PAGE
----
One of the biggest surprises as an expat in Israel was the Rosh HaShana holiday. New Year in September? Really? I thought all the people in the world celebrate it in December. Apparently not. In Israel people celebrate the first day of the Jewish Year in September and sometimes in October; it depends when 1 Tishrei falls (yes, they also have different name for the months). But except for the holidays, only the religious people follow the Jewish calendar.
Rosh HaShana means “The Head of the Year” and it’s a two-day celebration. This holiday is known as the anniversary of the creation of the world and of Adam and Eve and their first action towards the fulfillment of the role that God have to humans. The 5775th year in the Jewish calendar began at sundown on this last Wednesday.
For those of you who don’t know anything about the Judaism, this is a monotheistic faith, meaning that Jews believe there is only one God. Judaism teaches that every person (Jewish and non-Jewish) was created “in the image of God”. For this reason, every person is equally important and has an infinite potential to do good in the world. People have the freewill to make choices in their lives and each of us is responsible for the consequences of those choices.
Now when you say New Year you automatically think of wild parties, dancing till dawn, champagne and fireworks. At least this was how it’s celebrated in Romania.
But no, not here.
So how do they actually celebrate?
- They meet for dinner with all the family members in the evening before the holiday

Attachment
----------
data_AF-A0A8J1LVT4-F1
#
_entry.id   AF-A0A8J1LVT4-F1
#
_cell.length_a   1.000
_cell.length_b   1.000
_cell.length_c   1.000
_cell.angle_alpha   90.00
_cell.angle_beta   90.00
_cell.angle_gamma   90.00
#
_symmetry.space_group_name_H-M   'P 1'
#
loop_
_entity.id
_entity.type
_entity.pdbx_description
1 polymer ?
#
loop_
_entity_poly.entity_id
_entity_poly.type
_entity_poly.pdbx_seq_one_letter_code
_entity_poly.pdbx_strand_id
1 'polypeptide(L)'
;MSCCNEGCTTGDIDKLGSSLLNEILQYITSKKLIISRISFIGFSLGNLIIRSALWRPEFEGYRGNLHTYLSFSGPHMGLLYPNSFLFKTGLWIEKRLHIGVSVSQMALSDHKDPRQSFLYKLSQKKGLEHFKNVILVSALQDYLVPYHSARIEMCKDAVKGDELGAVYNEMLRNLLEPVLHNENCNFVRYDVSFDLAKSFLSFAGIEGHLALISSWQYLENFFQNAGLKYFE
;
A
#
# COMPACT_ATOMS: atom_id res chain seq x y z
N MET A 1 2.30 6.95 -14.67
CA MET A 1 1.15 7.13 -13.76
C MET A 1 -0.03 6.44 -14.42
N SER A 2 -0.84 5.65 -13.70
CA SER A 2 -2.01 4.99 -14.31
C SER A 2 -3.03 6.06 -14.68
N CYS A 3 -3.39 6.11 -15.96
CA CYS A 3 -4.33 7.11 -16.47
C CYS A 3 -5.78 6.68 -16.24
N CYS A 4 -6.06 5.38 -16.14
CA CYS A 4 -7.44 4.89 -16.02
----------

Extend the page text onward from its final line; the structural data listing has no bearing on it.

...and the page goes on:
- They go to synagogue, reflect on life and spend time with family
- They bring and give to each other presents
- They eat all kind of symbolic food like honey and apple – actually many people wish you a good & sweet year. They also have two loaves of bread, knows as challah, which stands for the circle of life and the hope that our lives can bear endless sorrow.
- All kind of other stuff are being eaten depending of the origins of the people: Ashkenazim – the Jews from Europe – have different customs and food than the Sephardim – the Jews from Africa and the Arab countries. While the Ashkenazim eat gefilte fish, the Sephardic ones serve a whole fish as a wish for prosperity, good luck and fertility for the coming year. Some Jews also present fruit baskets covered to hide the contents, symbolizing that no one can know what the New Year will bring.
- They blow the shofar (a ram’s horn). This holiday is called the Feast of the Trumpets and the blowing of the shofar proclaims Rosh HaShana and summons Jews to religious services. Jews used the ram’s horn as a trumpet in Biblical times to announce the new moon, holidays and war. Today, there is variety of horns used (that includes curved antelope horns).
That was the light guide for the people that live abroad and have no idea about all these Israeli/Jewish holidays.
For all my Jewish friends, who need no information about this festival or celebration, I just want to wish you a happy New Year and to share with you what I have read in a very dear book to me “The language of letting go”.
“Make New Year’s goals. Dig within and discover what you would like to have happen in your life this year. This helps you do your part.
Goals give us direction. What would you to have in your life this year? What would you like to do, to accomplish? What good would you like to attract into your life? What particular areas of growth would you like to have happen to you? What blocks or character defects would you like to have removed?
What would you like to attain? Little things and big things? Where would you like to go? What would you like to have happen in friendship and love? What would you like to have happen in your family life?
What problems would you like to be solved? What decisions would you like to make? What would you like to happen in your career?”
The New Year stands before us, like a chapter in the book, waiting to be written. We can help write that your best life story is setting the right goals, the ones that would make you happy. Shana Tova everyone! For new beginnings!